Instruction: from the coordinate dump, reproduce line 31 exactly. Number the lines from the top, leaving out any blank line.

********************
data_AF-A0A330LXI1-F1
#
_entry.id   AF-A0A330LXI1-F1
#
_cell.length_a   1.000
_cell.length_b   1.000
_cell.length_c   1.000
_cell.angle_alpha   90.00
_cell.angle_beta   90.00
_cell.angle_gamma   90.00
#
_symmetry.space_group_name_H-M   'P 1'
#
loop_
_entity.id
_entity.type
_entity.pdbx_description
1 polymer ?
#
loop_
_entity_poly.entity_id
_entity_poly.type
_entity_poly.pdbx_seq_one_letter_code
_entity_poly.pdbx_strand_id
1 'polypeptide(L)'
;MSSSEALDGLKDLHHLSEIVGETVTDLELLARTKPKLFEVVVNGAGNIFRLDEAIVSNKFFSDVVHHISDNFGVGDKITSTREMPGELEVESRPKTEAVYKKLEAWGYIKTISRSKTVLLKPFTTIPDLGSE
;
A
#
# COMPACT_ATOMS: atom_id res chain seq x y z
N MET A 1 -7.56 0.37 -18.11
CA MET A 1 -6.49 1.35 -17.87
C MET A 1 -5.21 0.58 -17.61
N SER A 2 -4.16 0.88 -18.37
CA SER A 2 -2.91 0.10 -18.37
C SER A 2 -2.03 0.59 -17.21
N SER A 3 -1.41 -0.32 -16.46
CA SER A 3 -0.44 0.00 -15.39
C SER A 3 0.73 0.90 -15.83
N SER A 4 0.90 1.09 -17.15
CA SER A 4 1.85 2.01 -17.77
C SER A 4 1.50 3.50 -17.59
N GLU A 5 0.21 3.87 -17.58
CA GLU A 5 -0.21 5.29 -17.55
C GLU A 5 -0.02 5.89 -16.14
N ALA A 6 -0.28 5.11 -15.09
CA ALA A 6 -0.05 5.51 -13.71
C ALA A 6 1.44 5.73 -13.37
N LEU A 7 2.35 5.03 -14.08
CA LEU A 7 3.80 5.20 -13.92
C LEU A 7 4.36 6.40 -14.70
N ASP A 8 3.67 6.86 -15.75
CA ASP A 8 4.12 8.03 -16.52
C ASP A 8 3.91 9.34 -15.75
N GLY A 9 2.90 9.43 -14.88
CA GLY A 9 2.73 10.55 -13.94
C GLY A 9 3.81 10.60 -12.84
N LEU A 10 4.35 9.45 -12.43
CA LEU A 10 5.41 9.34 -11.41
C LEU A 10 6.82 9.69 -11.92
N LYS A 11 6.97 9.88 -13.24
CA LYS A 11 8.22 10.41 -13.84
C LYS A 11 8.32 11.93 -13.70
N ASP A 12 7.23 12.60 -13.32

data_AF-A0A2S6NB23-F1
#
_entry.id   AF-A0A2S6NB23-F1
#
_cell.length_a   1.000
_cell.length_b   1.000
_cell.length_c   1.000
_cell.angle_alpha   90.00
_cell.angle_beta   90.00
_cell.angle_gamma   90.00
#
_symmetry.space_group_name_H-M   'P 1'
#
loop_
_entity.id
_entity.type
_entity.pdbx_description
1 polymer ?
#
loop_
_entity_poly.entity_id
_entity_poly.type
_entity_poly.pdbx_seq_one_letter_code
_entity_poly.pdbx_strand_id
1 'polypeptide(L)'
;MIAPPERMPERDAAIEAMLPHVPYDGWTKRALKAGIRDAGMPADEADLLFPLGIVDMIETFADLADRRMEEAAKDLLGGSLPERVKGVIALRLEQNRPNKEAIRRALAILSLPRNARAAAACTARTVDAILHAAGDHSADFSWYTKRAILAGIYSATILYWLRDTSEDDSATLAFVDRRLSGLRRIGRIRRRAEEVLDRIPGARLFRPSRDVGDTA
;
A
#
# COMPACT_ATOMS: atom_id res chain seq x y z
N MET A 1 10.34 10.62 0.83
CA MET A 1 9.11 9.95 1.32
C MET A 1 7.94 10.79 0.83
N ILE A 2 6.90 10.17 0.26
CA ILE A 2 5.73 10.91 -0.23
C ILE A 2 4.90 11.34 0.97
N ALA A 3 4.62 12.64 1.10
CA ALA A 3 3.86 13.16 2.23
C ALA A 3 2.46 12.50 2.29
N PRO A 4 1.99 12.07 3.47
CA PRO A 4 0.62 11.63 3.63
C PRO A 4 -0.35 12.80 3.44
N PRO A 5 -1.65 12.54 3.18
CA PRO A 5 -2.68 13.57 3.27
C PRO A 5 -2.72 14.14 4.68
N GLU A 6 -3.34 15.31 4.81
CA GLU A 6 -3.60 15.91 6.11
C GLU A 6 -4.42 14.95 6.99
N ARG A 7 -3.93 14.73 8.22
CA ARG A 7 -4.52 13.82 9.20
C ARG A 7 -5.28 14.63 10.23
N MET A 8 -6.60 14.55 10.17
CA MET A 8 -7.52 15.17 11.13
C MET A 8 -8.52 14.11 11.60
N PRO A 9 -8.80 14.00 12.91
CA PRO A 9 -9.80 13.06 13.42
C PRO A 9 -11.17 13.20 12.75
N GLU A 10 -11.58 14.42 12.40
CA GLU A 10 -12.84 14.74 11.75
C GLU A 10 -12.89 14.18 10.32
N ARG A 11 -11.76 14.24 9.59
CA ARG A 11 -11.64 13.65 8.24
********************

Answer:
N MET A 1 -7.56 0.37 -18.11